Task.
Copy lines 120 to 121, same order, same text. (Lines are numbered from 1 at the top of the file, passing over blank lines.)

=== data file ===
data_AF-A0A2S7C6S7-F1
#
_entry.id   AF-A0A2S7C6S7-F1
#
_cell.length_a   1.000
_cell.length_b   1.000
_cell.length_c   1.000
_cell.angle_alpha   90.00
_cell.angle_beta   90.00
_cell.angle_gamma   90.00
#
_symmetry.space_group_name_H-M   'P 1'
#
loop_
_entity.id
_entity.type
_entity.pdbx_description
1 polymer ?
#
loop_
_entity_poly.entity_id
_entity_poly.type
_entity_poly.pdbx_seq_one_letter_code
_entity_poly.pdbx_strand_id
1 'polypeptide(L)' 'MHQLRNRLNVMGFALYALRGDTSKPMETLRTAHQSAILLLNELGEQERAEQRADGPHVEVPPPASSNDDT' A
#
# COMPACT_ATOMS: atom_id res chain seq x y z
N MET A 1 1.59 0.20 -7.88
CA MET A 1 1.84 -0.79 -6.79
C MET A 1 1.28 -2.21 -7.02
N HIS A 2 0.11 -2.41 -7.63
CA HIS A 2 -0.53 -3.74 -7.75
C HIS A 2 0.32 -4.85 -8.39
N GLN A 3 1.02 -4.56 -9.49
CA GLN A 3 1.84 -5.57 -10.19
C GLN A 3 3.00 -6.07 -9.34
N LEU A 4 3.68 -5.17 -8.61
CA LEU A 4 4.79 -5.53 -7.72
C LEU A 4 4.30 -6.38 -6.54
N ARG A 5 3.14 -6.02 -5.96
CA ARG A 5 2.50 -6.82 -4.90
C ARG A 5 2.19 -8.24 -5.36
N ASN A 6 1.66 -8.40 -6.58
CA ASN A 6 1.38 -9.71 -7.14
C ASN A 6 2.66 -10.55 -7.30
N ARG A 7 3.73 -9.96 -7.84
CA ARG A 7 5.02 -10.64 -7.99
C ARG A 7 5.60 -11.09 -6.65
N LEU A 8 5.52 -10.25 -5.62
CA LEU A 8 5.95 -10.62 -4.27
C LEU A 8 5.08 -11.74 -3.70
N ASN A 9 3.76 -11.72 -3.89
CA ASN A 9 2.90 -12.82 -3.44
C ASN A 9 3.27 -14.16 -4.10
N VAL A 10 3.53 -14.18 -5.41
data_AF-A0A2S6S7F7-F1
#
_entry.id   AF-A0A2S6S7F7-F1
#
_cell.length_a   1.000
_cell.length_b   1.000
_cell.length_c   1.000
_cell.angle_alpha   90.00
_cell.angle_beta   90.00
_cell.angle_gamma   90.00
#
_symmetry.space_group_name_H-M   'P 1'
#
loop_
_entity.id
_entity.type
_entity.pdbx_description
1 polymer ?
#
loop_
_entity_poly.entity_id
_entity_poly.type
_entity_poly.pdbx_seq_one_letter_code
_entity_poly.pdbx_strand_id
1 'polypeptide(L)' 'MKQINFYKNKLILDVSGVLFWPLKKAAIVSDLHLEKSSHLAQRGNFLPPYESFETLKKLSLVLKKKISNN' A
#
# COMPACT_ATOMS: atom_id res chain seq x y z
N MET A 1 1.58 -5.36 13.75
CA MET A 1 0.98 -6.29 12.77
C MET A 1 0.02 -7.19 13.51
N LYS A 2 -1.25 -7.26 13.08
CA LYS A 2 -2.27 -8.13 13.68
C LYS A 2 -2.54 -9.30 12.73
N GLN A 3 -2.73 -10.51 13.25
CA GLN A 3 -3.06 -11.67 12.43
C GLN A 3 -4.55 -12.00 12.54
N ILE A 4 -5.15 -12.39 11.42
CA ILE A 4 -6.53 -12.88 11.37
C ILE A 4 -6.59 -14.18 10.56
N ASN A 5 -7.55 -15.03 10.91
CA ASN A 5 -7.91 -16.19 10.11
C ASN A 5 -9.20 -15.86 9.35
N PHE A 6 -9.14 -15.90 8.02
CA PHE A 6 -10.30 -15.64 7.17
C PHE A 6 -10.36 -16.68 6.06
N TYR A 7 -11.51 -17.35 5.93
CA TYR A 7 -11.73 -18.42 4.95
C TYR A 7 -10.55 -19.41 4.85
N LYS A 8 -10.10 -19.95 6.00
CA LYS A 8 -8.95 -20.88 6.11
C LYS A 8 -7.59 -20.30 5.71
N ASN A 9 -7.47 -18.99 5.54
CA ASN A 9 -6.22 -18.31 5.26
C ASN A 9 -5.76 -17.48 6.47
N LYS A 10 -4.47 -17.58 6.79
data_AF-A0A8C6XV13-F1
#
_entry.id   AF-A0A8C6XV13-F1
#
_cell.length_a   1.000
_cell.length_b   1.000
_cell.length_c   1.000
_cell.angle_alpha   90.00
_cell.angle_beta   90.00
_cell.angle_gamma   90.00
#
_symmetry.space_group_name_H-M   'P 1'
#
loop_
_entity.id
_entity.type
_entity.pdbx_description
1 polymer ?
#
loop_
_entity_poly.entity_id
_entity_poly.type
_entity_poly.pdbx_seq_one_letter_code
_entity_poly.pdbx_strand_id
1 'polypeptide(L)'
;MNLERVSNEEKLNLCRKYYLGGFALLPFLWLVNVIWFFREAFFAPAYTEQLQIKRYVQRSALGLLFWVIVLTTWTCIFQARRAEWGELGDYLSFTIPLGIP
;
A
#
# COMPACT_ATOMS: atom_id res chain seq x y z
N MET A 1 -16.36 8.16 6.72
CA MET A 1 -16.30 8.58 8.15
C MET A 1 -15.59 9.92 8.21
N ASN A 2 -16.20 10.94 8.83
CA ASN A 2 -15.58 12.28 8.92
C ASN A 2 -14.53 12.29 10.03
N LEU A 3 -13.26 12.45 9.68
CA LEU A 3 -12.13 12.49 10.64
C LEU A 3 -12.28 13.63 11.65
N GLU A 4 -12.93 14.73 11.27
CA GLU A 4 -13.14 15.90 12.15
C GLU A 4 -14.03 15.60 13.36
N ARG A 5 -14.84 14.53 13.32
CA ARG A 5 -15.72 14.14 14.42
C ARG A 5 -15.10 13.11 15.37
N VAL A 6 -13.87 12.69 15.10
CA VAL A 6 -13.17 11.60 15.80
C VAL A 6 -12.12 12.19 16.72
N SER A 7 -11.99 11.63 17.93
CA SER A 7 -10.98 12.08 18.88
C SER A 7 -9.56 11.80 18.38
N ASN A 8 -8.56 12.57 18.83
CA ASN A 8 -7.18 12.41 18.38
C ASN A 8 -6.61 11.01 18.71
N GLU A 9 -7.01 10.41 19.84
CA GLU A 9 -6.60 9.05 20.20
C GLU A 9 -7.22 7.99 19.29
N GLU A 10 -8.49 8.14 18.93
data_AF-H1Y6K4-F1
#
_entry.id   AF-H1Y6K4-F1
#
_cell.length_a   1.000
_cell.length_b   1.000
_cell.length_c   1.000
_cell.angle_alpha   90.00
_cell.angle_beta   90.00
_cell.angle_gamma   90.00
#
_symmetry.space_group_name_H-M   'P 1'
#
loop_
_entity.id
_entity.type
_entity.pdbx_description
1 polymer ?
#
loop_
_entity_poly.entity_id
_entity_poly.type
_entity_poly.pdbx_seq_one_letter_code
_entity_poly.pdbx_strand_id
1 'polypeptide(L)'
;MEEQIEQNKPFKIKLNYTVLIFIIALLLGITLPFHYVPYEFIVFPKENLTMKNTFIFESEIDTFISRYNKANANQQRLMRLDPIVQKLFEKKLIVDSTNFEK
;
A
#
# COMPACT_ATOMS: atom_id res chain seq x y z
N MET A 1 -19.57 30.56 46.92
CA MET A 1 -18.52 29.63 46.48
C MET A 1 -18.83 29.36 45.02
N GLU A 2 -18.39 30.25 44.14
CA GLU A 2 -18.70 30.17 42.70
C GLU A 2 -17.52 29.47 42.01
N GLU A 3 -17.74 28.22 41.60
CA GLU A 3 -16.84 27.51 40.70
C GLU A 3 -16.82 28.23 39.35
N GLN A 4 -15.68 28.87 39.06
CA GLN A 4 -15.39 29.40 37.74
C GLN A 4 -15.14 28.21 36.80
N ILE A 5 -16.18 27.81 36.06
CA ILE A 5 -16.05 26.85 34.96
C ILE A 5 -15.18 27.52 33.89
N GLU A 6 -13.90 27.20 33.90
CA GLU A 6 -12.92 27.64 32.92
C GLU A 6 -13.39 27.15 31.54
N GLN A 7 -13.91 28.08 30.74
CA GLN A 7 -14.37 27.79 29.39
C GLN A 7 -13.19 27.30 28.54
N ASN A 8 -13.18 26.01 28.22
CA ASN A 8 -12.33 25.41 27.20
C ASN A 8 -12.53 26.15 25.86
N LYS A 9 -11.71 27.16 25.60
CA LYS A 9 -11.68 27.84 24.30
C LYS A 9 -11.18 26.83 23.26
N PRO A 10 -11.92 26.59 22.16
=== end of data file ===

_cell.angle_gamma   90.00
#